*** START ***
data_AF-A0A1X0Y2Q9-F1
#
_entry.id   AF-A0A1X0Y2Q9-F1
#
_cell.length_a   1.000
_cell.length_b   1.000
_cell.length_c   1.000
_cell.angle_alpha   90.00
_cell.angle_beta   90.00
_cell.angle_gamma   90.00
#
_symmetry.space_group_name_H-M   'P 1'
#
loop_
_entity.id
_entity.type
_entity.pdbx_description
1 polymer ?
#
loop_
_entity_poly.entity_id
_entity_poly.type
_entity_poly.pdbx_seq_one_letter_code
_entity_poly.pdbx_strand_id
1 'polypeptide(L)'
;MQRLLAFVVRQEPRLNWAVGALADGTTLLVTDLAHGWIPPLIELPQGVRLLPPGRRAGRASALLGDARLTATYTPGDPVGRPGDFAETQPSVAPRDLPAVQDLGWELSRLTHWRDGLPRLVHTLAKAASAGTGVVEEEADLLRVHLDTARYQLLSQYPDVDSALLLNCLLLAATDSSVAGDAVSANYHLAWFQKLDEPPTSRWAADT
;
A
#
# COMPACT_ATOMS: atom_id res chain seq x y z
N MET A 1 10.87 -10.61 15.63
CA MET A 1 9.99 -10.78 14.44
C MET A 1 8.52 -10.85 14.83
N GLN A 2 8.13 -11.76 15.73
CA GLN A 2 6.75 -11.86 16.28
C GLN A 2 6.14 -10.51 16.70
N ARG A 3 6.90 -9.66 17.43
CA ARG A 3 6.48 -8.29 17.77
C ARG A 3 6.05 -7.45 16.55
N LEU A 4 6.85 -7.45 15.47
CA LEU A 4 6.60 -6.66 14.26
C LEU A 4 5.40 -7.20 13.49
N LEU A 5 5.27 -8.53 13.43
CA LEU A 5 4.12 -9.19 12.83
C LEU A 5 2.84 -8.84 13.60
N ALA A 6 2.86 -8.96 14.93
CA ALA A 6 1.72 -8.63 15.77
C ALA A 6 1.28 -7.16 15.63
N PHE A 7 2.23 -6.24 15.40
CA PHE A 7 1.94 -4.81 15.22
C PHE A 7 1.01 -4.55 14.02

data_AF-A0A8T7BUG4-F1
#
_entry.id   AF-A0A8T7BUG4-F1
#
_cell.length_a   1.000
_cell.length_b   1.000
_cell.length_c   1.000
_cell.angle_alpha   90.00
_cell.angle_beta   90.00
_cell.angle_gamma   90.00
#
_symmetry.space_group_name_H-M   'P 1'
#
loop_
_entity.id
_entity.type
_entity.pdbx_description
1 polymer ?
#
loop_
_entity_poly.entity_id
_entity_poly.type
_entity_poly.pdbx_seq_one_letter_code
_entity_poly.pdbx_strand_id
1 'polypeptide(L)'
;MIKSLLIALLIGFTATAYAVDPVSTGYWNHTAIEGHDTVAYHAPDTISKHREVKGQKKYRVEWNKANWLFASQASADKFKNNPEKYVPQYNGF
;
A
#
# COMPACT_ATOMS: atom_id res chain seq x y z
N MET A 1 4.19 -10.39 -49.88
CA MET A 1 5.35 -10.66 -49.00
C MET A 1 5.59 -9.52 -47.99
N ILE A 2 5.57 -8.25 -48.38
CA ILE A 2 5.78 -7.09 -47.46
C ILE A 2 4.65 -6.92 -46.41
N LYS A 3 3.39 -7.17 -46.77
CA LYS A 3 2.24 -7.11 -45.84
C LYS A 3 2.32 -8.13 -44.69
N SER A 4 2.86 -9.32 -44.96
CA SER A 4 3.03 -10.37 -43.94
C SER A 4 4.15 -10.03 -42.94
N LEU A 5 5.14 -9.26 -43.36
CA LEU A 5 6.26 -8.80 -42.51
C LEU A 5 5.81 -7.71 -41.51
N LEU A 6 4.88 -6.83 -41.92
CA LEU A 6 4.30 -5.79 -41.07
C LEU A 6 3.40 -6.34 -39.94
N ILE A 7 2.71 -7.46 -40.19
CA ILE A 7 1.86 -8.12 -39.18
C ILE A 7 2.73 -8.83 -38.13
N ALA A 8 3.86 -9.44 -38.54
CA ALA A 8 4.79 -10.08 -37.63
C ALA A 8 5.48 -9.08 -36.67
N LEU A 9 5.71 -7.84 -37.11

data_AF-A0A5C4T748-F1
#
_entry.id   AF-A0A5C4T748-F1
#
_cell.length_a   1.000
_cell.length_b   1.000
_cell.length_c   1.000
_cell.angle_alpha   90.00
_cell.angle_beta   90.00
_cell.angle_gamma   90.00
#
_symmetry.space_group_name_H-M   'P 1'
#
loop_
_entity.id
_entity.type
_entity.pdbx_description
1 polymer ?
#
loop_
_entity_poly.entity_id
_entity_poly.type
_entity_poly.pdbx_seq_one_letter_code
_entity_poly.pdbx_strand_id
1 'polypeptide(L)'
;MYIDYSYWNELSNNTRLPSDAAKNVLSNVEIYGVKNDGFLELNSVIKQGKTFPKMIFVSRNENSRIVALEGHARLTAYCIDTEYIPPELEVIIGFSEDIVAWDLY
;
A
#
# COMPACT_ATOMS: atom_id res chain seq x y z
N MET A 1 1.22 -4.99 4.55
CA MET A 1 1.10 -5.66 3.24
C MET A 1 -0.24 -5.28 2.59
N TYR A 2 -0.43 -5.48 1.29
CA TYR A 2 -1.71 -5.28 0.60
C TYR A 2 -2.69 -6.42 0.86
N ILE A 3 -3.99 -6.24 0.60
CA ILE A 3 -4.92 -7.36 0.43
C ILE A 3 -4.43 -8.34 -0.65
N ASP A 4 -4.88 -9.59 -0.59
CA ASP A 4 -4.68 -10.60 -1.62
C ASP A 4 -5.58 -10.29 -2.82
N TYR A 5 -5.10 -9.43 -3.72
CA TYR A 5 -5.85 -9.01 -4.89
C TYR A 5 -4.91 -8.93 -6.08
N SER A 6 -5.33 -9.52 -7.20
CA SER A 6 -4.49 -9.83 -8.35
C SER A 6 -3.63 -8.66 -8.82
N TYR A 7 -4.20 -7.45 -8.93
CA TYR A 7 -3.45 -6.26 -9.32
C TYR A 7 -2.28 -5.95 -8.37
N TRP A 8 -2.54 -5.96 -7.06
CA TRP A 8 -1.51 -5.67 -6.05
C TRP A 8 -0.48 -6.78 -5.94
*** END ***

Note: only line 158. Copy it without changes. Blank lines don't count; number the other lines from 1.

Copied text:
N TRP A 8 -2.54 -5.96 -7.06